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Giving someone a good employment referral allows that person the opportunity to advance in his career path. For best results, ask the person what kind of skills and attributes he wants you to address in your referral. Referrals should be positive, yet honest. If you don't feel you can provide that, politely turn down the request. Suggest someone who knows him better or worked with him longer who would be a more appropriate choice for a reference.
General Referral Letter
An employee or colleague might ask you for a general referral letter. This kind of referral should be general enough in nature that the job seeker can use it as an attachment to his resume when applying for different types of roles with various employers. State your relationship to the individual you're writing about and emphasize that person's overall professional skills and abilities. “John is hard-working, dependable, and a great team player. He never hesitates to lend a hand or participate in brainstorming efforts, and he would make an excellent addition to any staff.”
Specific Referral Letter
If the job seeker is applying for a certain position, you'll need to write a specific referral letter. In this instance, focus on his skills and abilities that relate directly to the role he's seeking. “John worked as my communications manager for 10 years. He’s an exceptional writer and editor and has a keen sense for business communication. An extremely creative individual, John has never missed a deadline and is precise and detail-oriented in his work efforts. He will make a top-notch creative director.”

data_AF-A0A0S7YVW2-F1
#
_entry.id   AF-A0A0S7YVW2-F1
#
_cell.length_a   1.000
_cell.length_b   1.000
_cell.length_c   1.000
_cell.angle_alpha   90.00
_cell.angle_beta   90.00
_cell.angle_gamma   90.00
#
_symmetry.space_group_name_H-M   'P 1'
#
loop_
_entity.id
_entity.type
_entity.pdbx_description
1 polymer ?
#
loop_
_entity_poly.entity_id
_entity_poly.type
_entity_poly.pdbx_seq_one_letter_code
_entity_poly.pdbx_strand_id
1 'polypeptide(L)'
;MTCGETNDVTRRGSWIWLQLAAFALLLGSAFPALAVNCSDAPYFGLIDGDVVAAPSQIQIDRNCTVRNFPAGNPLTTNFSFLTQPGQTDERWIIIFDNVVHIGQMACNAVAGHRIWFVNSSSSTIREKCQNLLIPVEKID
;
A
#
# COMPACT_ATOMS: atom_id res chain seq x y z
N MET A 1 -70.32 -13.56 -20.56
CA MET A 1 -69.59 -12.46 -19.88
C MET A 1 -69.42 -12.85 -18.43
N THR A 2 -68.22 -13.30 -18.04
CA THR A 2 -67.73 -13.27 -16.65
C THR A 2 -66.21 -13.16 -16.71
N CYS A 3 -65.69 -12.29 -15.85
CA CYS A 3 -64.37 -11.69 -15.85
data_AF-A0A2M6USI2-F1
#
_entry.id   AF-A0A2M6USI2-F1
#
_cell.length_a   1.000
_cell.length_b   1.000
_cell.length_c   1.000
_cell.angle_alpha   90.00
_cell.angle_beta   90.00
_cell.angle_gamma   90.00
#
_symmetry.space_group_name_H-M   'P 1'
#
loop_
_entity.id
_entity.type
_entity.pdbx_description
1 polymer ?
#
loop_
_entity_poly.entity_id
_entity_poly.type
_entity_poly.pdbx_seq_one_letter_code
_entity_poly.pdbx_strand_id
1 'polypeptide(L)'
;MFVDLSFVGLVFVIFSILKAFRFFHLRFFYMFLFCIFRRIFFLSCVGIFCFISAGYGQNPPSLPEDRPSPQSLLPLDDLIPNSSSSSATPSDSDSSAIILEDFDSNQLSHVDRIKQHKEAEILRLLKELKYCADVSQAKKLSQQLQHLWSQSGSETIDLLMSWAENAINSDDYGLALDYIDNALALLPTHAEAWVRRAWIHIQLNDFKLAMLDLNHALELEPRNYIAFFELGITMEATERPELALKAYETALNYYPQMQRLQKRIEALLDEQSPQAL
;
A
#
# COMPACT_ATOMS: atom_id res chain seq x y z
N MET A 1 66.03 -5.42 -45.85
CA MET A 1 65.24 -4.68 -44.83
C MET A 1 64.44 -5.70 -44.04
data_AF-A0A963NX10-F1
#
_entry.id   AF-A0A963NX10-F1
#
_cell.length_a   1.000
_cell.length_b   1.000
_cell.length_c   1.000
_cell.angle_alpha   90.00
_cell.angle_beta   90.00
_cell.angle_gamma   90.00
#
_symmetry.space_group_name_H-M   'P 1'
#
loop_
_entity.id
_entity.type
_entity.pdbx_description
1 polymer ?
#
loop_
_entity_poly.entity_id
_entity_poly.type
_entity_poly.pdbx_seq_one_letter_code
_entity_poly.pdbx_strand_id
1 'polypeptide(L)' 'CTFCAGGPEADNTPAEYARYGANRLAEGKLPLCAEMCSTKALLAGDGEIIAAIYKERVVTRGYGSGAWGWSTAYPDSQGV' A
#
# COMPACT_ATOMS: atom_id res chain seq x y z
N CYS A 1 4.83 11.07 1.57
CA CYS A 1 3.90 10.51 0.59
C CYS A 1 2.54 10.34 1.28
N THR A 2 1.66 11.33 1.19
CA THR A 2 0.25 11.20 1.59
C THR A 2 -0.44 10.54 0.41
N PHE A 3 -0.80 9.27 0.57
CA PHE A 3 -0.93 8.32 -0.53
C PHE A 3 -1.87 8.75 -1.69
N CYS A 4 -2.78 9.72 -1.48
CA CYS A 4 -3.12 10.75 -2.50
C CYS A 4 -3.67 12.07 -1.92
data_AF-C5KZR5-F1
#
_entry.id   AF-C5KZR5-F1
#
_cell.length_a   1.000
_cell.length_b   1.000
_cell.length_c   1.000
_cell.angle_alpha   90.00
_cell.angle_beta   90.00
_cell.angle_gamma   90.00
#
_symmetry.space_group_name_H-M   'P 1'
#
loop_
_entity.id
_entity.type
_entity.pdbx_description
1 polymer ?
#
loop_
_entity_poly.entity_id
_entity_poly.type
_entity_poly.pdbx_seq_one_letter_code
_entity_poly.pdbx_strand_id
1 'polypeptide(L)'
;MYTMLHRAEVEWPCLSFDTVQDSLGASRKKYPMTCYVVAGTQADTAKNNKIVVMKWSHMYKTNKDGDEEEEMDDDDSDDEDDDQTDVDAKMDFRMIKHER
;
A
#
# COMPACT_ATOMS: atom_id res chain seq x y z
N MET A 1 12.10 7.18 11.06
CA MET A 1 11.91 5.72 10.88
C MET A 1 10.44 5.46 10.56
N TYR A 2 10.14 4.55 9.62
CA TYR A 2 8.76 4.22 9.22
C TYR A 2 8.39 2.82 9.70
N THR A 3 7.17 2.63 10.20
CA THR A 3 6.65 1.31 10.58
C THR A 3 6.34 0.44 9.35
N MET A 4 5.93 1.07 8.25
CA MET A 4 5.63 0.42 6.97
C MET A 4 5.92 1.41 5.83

Personal Phone Call
You might be asked to give a referral by phone. In this instance, you're likely to get a call from a prospective employer who will ask you pointed questions about the individual you're representing. You’ll be asked questions about the person's strengths and weaknesses and his skills and abilities as they relate to the position in question. Emphasize the employee’s best qualities and downplay lesser attributes by describing his ability and willingness to continually improve his skills.
You may be asked to provide an in-person referral for someone, particularly if you're part of a business networking group or association in which members regularly interact. Be positive in your introduction, make eye contact, and demonstrate your respect for the individual’s professional abilities. In this case, you're essentially trying to sell the job-seeker as a good fit for the organization. Give real-life examples of business successes and contributions to demonstrate his experience and professionalism.
Lisa McQuerrey has been a business writer since 1987. In 1994, she launched a full-service marketing and communications firm. McQuerrey's work has garnered awards from the U.S. Small Business Administration, the International Association of Business Communicators and the Associated Press. She is also the author of several nonfiction trade publications, and, in 2012, had her first young-adult novel published by Glass Page Books.
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